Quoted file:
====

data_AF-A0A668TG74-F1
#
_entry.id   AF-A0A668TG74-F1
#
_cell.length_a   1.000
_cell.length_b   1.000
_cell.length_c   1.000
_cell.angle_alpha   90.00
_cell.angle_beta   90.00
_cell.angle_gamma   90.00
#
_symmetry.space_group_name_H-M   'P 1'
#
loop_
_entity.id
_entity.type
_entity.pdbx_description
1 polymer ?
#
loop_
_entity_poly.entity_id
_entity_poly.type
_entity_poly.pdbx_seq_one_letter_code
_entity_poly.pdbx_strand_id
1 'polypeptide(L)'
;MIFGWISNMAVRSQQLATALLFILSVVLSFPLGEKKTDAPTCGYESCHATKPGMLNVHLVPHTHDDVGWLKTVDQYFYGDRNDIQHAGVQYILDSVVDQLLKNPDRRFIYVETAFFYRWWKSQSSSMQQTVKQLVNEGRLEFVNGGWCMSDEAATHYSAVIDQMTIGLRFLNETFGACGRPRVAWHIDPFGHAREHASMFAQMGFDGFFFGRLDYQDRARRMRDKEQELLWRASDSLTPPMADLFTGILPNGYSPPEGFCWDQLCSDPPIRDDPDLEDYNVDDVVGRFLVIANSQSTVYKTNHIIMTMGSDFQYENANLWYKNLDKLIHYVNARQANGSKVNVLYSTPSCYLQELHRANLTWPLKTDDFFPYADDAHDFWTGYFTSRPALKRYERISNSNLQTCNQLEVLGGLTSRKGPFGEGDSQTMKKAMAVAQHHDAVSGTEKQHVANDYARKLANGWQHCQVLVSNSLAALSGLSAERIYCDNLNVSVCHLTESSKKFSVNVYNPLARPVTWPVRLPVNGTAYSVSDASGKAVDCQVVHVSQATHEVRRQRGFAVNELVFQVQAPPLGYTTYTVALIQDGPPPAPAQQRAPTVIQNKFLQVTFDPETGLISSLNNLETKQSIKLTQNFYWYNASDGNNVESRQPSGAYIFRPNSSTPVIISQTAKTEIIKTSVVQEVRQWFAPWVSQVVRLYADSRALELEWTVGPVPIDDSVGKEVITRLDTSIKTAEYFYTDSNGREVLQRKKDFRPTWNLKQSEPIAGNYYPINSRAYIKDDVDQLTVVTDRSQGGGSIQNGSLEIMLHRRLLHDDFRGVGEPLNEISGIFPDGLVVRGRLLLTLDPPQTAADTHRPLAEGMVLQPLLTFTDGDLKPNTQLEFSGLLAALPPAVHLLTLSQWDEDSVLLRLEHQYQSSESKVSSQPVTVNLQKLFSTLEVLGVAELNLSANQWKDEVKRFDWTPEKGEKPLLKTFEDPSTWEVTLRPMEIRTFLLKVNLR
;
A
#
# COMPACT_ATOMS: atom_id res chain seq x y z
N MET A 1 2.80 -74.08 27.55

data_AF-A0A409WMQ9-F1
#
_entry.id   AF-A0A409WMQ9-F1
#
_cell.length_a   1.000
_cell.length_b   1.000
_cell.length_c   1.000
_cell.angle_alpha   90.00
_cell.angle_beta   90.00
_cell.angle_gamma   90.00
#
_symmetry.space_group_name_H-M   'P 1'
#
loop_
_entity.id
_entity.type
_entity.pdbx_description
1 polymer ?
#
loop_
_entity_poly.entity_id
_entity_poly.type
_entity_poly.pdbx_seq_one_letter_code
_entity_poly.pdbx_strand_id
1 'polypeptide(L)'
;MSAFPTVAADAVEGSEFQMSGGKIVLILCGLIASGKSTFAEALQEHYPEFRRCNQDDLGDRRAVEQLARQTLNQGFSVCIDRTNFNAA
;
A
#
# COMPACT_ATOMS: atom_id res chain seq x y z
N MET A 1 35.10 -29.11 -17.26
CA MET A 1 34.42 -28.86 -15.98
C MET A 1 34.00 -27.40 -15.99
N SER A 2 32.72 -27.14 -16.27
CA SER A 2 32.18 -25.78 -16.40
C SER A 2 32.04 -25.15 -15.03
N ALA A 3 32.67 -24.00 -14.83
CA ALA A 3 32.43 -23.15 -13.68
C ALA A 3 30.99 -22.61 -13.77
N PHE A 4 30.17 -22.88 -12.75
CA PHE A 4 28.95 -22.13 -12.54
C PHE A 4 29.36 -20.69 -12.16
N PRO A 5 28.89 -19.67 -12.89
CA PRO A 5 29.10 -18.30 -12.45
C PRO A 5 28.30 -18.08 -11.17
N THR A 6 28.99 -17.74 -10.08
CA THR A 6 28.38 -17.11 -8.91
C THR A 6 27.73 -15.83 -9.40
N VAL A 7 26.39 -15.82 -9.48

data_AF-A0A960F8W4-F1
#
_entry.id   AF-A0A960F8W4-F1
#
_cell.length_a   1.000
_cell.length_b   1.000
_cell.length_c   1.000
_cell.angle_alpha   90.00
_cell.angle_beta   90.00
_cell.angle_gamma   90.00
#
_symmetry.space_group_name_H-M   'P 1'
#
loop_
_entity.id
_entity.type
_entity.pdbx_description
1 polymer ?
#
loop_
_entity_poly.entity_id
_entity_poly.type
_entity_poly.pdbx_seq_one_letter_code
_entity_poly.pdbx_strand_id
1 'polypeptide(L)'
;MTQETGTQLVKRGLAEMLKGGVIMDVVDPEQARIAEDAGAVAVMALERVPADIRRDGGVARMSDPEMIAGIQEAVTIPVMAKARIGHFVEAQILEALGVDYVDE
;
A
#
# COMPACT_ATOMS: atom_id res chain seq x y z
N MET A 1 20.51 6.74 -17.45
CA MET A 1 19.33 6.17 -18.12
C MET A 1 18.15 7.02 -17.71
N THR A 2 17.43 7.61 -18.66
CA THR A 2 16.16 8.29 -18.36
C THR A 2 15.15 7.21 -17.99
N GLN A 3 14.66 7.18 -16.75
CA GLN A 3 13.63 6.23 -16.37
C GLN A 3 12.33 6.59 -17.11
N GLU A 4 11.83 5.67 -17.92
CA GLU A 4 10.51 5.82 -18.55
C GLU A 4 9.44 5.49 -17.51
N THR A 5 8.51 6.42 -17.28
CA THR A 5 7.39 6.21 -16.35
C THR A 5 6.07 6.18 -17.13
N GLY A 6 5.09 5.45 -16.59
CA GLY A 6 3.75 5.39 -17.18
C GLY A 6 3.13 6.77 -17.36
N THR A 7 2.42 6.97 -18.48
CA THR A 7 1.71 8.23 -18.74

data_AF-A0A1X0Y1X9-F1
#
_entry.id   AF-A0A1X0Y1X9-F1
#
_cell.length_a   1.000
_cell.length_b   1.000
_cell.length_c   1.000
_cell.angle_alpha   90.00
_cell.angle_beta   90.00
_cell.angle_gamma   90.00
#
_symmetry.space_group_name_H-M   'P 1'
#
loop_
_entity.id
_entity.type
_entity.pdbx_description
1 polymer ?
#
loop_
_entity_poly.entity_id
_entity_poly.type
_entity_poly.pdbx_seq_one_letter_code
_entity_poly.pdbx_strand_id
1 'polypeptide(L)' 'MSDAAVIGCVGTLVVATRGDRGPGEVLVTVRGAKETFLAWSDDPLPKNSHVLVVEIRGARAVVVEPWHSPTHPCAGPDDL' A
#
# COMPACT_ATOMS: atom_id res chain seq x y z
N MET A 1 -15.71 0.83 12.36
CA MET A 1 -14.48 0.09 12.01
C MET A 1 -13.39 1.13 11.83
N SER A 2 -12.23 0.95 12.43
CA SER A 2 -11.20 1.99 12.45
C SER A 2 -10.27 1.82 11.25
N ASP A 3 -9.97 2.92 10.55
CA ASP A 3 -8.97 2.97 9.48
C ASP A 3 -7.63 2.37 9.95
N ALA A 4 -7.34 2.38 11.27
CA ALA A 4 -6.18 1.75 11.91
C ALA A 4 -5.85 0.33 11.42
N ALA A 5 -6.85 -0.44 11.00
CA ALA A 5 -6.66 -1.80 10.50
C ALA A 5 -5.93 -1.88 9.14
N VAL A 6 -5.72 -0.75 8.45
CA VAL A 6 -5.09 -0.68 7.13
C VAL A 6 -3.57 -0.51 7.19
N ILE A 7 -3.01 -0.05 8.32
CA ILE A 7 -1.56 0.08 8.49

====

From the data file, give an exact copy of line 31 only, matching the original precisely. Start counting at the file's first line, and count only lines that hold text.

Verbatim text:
N MET A 1 2.80 -74.08 27.55